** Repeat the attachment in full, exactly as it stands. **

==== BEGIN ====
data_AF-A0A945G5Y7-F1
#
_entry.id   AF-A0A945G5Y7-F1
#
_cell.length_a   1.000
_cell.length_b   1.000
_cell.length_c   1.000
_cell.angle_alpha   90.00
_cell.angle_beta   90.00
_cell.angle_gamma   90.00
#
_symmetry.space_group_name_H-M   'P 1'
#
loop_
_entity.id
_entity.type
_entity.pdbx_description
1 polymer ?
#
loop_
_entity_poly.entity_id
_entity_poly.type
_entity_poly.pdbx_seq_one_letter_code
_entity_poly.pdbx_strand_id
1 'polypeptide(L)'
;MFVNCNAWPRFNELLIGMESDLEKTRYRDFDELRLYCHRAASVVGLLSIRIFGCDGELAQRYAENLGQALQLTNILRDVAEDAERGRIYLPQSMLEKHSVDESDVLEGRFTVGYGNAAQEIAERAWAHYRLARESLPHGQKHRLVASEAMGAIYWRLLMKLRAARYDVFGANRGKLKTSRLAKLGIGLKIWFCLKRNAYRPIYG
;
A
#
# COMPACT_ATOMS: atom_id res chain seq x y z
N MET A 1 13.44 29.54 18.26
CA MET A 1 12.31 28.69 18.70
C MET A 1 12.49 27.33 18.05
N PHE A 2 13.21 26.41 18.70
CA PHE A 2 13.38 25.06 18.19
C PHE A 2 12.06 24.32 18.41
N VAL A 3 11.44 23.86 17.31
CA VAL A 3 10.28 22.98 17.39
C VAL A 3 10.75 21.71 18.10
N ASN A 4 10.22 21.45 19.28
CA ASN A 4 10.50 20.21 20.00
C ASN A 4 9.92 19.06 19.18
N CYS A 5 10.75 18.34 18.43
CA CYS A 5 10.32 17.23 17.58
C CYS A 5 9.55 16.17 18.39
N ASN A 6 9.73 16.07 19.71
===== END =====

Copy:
data_AF-A0A945G5Y7-F1
#
_entry.id   AF-A0A945G5Y7-F1
#
_cell.length_a   1.000
_cell.length_b   1.000
_cell.length_c   1.000
_cell.angle_alpha   90.00
_cell.angle_beta   90.00
_cell.angle_gamma   90.00
#
_symmetry.space_group_name_H-M   'P 1'
#
loop_
_entity.id
_entity.type
_entity.pdbx_description
1 polymer ?
#
loop_
_entity_poly.entity_id
_entity_poly.type
_entity_poly.pdbx_seq_one_letter_code
_entity_poly.pdbx_strand_id
1 'polypeptide(L)'
;MFVNCNAWPRFNELLIGMESDLEKTRYRDFDELRLYCHRAASVVGLLSIRIFGCDGELAQRYAENLGQALQLTNILRDVAEDAERGRIYLPQSMLEKHSVDESDVLEGRFTVGYGNAAQEIAERAWAHYRLARESLPHGQKHRLVASEAMGAIYWRLLMKLRAARYDVFGANRGKLKTSRLAKLGIGLKIWFCLKRNAYRPIYG
;
A
#
# COMPACT_ATOMS: atom_id res chain seq x y z
N MET A 1 13.44 29.54 18.26
CA MET A 1 12.31 28.69 18.70
C MET A 1 12.49 27.33 18.05
N PHE A 2 13.21 26.41 18.70
CA PHE A 2 13.38 25.06 18.19
C PHE A 2 12.06 24.32 18.41
N VAL A 3 11.44 23.86 17.31
CA VAL A 3 10.28 22.98 17.39
C VAL A 3 10.75 21.71 18.10
N ASN A 4 10.22 21.45 19.28
CA ASN A 4 10.50 20.21 20.00
C ASN A 4 9.92 19.06 19.18
N CYS A 5 10.75 18.34 18.43
CA CYS A 5 10.32 17.23 17.58
C CYS A 5 9.55 16.17 18.39
N ASN A 6 9.73 16.07 19.71